Race to the Top losers: Why did Louisiana and Colorado fail?
Louisiana and Colorado, two states lauded for education reform, didn't make the cut in Round 2 of the Department of Education's Race to the Top grants. Some experts were puzzled.
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Colorado, in particular, had passed a major law around teacher evaluation in Round 1, but finished in 17th place. And Louisiana, widely regarded as a leader in reforms, lost 12 points on the teachers and leaders section of their application since the state was graded in Round 1, despite strengthening that section by passing a new law to evaluate teachers based in part on student achievement.Skip to next paragraph
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“I have to scratch my head and wonder why,” admitted Paul Pastorek, Louisiana’s superintendent of education. “But at the end of the day, that is the process, and we’ll live with it.”
Louisiana, he emphasized, will still work to implement the reforms in its proposal.
Mr. Pastorek sounds at peace with the results, saying that “the Race to the Top process has moved all of us significantly down the pathway [to reform],” but others are more skeptical about the quality of the peer review process.
“You are hearing a lot of quiet grumbling about [the results],” says Andrew Rotherham, a cofounder and partner at Bellwether Education, which advised some of the states on their applications. “I think it’s pretty amazing that New York went from not even meeting the basic criteria to finishing No. 2.”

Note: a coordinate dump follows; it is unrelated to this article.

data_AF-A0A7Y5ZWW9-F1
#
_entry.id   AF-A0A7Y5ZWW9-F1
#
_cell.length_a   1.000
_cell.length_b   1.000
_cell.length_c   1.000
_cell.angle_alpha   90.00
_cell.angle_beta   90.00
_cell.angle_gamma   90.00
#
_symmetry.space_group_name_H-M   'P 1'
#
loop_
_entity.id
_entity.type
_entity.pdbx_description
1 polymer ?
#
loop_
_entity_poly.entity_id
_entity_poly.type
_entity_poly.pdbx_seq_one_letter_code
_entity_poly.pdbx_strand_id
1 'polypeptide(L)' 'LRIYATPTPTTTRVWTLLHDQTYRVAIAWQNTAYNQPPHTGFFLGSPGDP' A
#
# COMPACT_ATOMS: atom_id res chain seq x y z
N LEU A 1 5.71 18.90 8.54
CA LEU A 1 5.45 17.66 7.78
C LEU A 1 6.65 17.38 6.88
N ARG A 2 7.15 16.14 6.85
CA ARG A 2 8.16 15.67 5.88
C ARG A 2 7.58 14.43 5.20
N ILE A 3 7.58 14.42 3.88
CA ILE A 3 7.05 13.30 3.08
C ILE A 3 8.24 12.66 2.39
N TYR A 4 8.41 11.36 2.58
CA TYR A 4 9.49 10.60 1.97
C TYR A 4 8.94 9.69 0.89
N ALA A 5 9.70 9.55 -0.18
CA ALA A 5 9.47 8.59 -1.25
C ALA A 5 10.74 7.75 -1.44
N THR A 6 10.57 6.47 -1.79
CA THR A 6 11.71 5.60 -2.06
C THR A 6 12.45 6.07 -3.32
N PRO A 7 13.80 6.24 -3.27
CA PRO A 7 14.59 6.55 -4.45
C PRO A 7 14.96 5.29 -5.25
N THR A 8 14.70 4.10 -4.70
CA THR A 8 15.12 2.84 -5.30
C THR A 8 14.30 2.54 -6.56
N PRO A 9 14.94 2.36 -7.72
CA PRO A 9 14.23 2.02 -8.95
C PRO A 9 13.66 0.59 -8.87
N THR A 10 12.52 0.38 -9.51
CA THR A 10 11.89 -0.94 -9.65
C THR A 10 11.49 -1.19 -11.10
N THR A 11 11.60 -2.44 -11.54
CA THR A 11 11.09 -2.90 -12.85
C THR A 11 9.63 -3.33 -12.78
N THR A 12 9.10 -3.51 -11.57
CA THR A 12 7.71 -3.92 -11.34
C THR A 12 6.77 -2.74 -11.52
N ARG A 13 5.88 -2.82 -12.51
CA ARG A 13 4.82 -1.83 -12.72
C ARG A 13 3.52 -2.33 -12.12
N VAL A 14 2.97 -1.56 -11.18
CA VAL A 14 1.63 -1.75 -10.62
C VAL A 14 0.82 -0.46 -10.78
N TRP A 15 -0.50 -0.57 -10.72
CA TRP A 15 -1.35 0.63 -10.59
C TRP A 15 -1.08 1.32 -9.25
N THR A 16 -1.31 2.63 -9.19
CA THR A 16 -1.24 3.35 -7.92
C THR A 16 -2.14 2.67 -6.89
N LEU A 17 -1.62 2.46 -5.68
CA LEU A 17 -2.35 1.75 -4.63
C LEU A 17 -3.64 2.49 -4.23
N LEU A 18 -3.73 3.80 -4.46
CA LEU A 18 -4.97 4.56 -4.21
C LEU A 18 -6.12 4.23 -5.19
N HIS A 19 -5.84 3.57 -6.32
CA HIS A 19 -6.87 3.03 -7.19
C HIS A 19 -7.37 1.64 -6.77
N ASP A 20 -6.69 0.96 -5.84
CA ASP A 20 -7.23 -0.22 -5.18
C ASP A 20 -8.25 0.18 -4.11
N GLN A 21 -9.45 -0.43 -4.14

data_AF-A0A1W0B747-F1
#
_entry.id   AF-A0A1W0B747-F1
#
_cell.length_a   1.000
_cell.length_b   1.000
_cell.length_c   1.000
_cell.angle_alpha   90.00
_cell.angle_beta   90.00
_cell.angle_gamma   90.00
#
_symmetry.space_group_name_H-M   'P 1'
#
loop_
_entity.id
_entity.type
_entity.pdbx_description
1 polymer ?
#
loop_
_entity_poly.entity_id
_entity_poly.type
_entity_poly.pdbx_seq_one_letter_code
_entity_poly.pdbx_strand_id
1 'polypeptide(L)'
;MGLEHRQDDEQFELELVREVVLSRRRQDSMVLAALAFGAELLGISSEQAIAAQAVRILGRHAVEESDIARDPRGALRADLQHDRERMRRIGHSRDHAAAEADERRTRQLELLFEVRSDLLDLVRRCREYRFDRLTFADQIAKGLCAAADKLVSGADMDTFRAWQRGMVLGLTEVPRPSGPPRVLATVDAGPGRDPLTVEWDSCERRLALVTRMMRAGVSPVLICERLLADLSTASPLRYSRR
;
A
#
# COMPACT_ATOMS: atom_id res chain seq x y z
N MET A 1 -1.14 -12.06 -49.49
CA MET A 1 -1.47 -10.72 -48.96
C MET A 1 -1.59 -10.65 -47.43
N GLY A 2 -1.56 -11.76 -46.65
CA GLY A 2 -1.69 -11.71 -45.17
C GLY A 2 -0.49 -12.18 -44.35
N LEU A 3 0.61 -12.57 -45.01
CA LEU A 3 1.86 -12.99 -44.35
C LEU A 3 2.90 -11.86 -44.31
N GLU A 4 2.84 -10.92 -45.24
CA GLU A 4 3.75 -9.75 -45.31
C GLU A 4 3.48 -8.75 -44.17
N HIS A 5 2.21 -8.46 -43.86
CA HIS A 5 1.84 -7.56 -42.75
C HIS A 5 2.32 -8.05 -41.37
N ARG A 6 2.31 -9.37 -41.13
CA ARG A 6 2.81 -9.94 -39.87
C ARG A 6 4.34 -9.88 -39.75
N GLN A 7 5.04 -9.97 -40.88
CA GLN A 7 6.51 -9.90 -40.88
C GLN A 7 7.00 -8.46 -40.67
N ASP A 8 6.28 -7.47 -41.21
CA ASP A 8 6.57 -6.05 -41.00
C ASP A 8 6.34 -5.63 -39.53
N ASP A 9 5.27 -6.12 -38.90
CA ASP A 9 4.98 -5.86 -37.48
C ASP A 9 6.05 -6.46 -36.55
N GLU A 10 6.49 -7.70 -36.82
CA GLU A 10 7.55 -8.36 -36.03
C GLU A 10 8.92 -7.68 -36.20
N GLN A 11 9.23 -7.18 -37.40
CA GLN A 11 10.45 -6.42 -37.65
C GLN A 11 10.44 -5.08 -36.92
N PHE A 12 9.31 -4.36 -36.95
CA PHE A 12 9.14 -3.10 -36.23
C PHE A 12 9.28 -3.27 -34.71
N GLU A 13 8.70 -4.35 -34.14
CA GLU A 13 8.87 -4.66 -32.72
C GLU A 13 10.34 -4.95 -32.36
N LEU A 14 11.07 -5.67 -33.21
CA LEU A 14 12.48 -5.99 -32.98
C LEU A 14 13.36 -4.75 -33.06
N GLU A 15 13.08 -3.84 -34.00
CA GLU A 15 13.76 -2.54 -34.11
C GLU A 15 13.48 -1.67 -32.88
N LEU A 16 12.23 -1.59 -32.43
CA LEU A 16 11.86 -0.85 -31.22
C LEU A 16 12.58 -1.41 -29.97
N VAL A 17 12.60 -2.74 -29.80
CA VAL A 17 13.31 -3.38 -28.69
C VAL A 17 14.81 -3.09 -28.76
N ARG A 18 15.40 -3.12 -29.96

While Mr. Rotherham says he’ll wait until he sees the scoring, which will be available Wednesday, he tends to think that it was skewed by the same problem that occurred in Round 1, which saw some uneven scores that weren’t always in line with the goals of the administration. In that round, just two states – Delaware and Tennessee – won.
The department made the process as transparent as possible, posting all applications, scores, comments, and videos from the presentations of the finalists, a decision that helped bypass criticisms of political favoritism, but left little room for discretionary judgment.
“They’re damned if they do and damned if they don’t,” says Rotherham. But the problems that that peer-review process can introduce, he adds, means that “people who were initially favorably inclined toward supporting more competitive grants are starting to reconsider that.”
With the Round 2 winners announced and the money largely claimed, the future of Race to the Top is uncertain.
Secretary Duncan has asked for another $1.35 billion in next year’s budget, and plans to open it up to individual districts to apply, but there is no guarantee that Congress will approve the money.
Race to the Top has been controversial among critics who charge that the reforms it encourages – including charter schools, merit pay, school turnaround strategies, and teacher evaluations linked to student achievement – are not necessarily the right ones or based on evidence. Some see it as a federal intrusion into state policy, and others are critical of the competition aspect of the program, with money ultimately going to just a handful of states.
But among proponents, even those who are baffled by some of the winners and losers, the program has been a highly successful way to leverage widespread reforms with a relatively small amount of money. Forty-six states, plus D.C., applied over the course of the competition, and 34 states changed laws to make themselves more reform-friendly.
“We’ve noted more political activity around education reform in the last 12 months than we saw in the last decade,” says Joe Williams, executive director of Democrats for Education Reform. “This gave a green light to reformers all over the country to really push some ideas that hadn’t gotten a lot of traction in the past… I think you can only argue that this has been a smashing success.”